Hyenas' ability to count helps them decide to fight or flee

Aug 22, 2011

Being able to count helps spotted hyenas decide to fight or flee, according to research at Michigan State University.

When animals fight, the larger group tends to win. In the current issue of , Sarah Benson-Amram, an MSU graduate student studying zoology, showed that hyenas listen to the sound of intruders' voices to determine who has the advantage.

"They're more cautious when they're outnumbered and take more risks when they have the numerical advantage," said Benson-Amram, who conducted the study through MSU's BEACON Center for the Study of Evolution in Action. "Hyenas appear to be as capable as chimpanzees or lions at assessing their advantage."

The finding supports the concept that living in complex , as hyenas, lions and do, is one of the keys to the evolution of big brains, Benson-Amram added.

Even though live in clans of up to 90 individuals, they spend much of the day in much smaller, more vulnerable groups. When researchers played recordings of potential intruders, the hyenas' reaction depended on how many voices they heard compared to how many fellow pack members surrounded them. Groups of three or more hyenas were far more likely to approach the source of sound than pairs or individuals.

This study was the first to show that hyenas can tell the difference between individual voices, and most of the animals in the study could distinguish up to three different voices, said Kay Holekamp, MSU and BEACON researcher, whose field study of spotted hyenas in Kenya has been ongoing for more than 20 years.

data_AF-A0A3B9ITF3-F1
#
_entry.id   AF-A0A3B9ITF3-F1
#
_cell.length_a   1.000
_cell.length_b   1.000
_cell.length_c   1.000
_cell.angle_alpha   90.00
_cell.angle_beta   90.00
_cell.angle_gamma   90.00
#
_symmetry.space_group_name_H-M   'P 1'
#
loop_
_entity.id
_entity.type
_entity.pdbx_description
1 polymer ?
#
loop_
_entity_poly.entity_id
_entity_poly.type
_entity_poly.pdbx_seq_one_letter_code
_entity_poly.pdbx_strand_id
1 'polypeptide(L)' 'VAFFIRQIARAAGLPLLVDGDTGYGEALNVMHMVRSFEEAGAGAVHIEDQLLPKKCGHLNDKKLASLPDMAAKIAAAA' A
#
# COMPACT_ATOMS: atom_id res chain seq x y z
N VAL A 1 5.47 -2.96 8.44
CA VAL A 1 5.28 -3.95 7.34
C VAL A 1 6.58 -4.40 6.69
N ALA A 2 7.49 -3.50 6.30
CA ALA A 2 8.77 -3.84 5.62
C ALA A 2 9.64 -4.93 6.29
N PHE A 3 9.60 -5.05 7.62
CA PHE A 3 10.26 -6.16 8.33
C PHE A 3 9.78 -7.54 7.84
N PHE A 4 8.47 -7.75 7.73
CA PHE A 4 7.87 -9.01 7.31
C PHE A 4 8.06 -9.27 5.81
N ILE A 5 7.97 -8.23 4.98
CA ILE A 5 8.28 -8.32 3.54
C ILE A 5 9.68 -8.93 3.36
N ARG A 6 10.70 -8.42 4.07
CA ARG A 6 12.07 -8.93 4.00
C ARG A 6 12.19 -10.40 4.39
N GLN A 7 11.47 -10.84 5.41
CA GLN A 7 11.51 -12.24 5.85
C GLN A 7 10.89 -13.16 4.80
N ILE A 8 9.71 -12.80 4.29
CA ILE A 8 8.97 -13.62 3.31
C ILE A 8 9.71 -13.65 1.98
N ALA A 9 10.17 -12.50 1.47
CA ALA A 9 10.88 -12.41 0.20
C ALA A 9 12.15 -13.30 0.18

"The recordings were taken from hyenas from other parts of Africa," she said. "But even though the voices were unfamiliar, the hyenas in the study were able to tell when they were from the same or different animals."

Explore further: Hermit creepy crawlies: Two new taxa of wood-feeding cockroach from China

Related Stories

Hyenas' laughter signals deciphered

Mar 29, 2010

Acoustic analysis of the 'giggle' sound made by spotted hyenas has revealed that the animals' laughter encodes information about age, dominance and identity. Researchers writing in the open access journal ...

Females avoid incest by causing male relatives to leave home

Aug 15, 2007

Researchers at the University of Sheffield in the UK and Leibniz Institute for Zoo and Wildlife Research (IZW) in Berlin, Germany, have found that female hyenas avoid inbreeding with their male relatives by giving them little ...

Neandertals sophisticated and fearless hunters

May 14, 2009

Neandertals, the 'stupid' cousins of modern humans were capable of capturing the most impressive animals. This indicates that Neandertals were anything but dim. Dutch researcher Gerrit Dusseldorp analysed their daily forays ...

Recommended for you

A vegetarian carnivorous plant

7 hours ago

Carnivorous plants catch and digest tiny animals in order and derive benefits for their nutrition. Interestingly the trend towards vegetarianism seems to overcome carnivorous plants as well. The aquatic carnivorous bladderwort, ...

User comments : 1

Adjust slider to filter visible comments by rank

Display comments: newest first

epsi00
not rated yet Aug 23, 2011
Hyenas mastered arithmetic, wait until we hear that they have a deep knowledge of algebra and analysis. Future research will show that hyenas have excel in differential geometry, which is, as we know, the key to survival in the bush.

Please sign in to add a comment. Registration is free, and takes less than a minute. Read more

Click here to reset your password.
Sign in to get notified via email when new comments are made.